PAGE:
The situation is so dire that the World Health Organization (WHO) launched a recent global initiative to reduce severe medication-associated harm worldwide by 50 percent over the next 5 years.
The Global Patient Safety Challenge aims to address the weaknesses in health systems that lead to medication errors and the severe harm that may result. Most harm arises from systems failures in the way care is organized and coordinated, especially when multiple health providers are involved in a patient’s care.
The WHO initiative calls on countries to take early action to address key factors, including carefully monitoring medicines with a high risk of harm if used improperly, monitoring patients who take multiple medications, and patients going through transitions of care.
The WHO aims to make improvements in each stage of the medication use process including prescribing, dispensing, administering, monitoring and use.
Nursing Home Medication Error
Not long ago, before much litigation targeted nursing homes for certain abuses, many assisted care facilities used heavy medication to easily manage residents. Patients who are heavily sedated and sleep the majority of the day don’t require as much staff time.
The situation has improved, but unfortunately there are still hundreds of cases where nursing home overmedication of residents is still an issue. Elderly patients are often prescribed multiple medications to treat chronic conditions, raising the risk of dangerous drug interactions and serious side effects. Many times drugs are prescribed by different specialists who don’t communicate with each other.
Older adults account for more than 50 percent of hospital visits involving drug-related complications, according to the U.S. Department of Health and Human Services. Many of these cases involve patients of Ohio nursing homes who are not receiving the care they require.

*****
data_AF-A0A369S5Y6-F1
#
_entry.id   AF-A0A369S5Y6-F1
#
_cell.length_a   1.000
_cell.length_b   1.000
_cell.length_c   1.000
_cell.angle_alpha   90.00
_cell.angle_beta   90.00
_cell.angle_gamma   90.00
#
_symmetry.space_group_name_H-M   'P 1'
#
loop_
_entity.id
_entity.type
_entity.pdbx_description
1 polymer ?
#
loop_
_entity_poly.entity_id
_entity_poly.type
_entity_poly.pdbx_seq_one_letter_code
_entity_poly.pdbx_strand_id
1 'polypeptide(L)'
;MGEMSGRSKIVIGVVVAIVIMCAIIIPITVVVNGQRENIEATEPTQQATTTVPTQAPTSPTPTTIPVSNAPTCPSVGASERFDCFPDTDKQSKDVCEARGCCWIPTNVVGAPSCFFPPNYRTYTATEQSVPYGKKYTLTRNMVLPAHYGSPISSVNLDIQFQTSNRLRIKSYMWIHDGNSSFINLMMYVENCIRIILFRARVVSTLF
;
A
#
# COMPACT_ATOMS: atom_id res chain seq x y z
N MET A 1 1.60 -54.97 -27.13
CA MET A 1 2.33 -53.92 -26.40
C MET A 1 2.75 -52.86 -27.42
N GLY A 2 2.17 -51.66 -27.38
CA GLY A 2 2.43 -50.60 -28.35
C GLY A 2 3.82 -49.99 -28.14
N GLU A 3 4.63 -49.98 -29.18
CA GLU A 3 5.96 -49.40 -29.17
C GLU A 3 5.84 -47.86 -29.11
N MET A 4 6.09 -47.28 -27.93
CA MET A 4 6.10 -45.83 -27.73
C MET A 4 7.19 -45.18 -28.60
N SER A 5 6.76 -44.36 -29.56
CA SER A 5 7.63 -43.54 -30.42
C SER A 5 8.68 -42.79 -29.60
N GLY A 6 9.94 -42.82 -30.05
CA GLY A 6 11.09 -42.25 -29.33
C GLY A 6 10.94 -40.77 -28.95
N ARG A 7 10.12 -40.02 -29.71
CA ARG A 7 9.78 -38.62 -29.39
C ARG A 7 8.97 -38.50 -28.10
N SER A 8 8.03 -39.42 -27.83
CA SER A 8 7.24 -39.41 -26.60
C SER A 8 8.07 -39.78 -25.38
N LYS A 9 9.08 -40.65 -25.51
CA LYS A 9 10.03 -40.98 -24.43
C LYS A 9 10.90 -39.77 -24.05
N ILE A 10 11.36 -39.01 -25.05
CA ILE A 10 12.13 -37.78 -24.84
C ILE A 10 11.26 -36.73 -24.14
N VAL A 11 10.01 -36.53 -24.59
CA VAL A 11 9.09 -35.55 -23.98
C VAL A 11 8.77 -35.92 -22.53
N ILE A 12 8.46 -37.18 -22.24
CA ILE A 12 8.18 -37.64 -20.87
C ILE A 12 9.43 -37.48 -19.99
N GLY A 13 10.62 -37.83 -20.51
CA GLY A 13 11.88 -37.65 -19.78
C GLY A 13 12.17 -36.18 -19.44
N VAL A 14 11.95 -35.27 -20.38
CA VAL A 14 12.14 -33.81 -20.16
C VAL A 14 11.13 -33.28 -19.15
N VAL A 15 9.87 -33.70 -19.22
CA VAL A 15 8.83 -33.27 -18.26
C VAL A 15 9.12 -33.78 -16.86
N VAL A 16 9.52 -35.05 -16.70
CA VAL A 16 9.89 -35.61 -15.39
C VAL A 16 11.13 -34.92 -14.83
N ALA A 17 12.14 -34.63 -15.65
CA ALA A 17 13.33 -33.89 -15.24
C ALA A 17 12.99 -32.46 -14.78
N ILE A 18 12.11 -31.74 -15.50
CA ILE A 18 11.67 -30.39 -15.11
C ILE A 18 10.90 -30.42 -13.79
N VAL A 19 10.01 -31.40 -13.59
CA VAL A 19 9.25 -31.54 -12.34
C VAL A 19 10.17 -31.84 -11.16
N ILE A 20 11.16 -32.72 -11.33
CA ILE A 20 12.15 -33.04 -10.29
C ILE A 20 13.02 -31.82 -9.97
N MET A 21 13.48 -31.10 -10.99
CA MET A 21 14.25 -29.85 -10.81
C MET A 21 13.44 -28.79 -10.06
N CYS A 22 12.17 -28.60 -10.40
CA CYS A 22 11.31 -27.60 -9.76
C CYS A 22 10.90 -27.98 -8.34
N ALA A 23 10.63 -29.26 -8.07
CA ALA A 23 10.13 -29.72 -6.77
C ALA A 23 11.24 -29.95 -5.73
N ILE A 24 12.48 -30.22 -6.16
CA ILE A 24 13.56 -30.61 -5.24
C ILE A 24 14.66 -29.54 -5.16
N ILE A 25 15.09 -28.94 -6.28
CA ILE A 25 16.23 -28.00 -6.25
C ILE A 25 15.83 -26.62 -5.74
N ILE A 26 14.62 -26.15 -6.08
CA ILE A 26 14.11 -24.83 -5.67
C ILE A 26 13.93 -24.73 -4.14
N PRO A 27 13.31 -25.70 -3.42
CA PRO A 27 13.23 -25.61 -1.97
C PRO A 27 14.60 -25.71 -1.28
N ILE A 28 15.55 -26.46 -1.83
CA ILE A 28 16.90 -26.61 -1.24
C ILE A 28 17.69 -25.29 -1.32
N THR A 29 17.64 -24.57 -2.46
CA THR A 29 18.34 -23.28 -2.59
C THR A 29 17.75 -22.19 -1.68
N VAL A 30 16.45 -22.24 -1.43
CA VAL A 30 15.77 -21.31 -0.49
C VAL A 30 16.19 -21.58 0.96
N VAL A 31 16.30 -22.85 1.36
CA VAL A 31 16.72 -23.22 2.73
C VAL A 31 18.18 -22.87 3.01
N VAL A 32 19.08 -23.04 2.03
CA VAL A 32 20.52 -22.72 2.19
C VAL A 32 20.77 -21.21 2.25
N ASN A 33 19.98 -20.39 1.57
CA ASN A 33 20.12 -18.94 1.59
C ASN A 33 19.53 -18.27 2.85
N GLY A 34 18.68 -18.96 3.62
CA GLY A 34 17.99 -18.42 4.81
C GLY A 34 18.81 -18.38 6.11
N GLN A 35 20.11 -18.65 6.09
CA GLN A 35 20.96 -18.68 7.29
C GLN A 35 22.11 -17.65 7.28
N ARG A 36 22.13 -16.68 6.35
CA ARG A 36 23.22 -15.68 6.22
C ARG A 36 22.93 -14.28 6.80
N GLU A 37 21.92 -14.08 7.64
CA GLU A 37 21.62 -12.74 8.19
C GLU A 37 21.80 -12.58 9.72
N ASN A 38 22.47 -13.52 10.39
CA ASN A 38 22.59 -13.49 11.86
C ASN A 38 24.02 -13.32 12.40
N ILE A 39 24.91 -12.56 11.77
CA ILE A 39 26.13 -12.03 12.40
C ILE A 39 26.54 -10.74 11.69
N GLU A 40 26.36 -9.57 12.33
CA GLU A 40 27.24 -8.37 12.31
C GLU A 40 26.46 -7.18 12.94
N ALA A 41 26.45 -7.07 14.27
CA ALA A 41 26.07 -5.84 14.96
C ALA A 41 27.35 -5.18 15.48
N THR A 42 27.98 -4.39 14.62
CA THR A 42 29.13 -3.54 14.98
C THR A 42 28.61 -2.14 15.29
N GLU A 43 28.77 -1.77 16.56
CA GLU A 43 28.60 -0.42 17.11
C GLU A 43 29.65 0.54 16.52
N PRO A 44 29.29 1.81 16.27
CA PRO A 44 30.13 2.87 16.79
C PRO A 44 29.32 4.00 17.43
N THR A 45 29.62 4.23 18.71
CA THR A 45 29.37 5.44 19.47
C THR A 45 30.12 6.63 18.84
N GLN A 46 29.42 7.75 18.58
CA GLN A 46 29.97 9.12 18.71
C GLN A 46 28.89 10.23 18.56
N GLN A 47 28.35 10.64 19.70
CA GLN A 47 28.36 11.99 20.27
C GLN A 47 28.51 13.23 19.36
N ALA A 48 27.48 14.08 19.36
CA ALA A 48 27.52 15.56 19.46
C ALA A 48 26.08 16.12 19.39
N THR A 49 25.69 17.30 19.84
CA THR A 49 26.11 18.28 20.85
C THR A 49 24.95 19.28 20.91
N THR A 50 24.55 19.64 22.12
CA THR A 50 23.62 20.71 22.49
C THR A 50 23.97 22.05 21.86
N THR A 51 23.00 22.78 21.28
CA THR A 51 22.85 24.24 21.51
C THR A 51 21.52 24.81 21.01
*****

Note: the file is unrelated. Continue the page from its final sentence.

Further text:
Many times a patient may be on many medications that cause no issues but they are not always necessary. A study conducted at Veterans Affairs hospitals showed 44 percent of elderly patients were given at least one unnecessary drug at discharge.
If a loved one has been overmedicated by a nursing home, they may show drug-related symptoms that include the following:
- Atypical confusion
- Instability and falling
- Low blood pressure
- Respiratory complications
- Sudden sedation
- Severe and unusual fatigue
- Development of secondary infections
Better Communication: Certain recommendations have been made by multiple medical organizations to alleviate the risk of hospital medication errors. The primary focus is on improving communication between health care providers. While this seems simple, the medical system continues to struggle with consistent and reliable communication and patients continue to be affected adversely.
Medical Malpractice Lawsuits: Given the preventable nature, the overwhelming medical and societal cost, and susceptibility of the patient population to hospital medication errors, medical malpractice lawsuits in this area of incredibly important to deter and motivate the health care providers to simply communicate better.
Every other industry is required to have quality control standards that are consistent and designed to improve the quality of the service or product. It is not much to ask that the medical community, who is causing billions of dollars in additional medical costs, develop appropriate mechanisms to avoid these mistakes.
Medication Injury Lawsuits
The U.S. Food and Drug Administration (FDA) receives more than 100,000 U.S. reports each year associated with a suspected medication error.
The global cost associated with medication errors has been estimated at US$ 42 billion annually or almost 1 percent of total health expenditure. Aside from the human cost, prescription errors place a huge strain on personal and state health budgets. The vast majority of errors are preventable, and health care systems must be held accountable to make the necessary changes.
Common causes of such errors include poor communication, ambiguities in product names, unclear directions for use, misinterpreted medical abbreviations or writing, poor procedures, and patient misuse because of poor product guidance. Preventing errors clearly saves money and saves lives.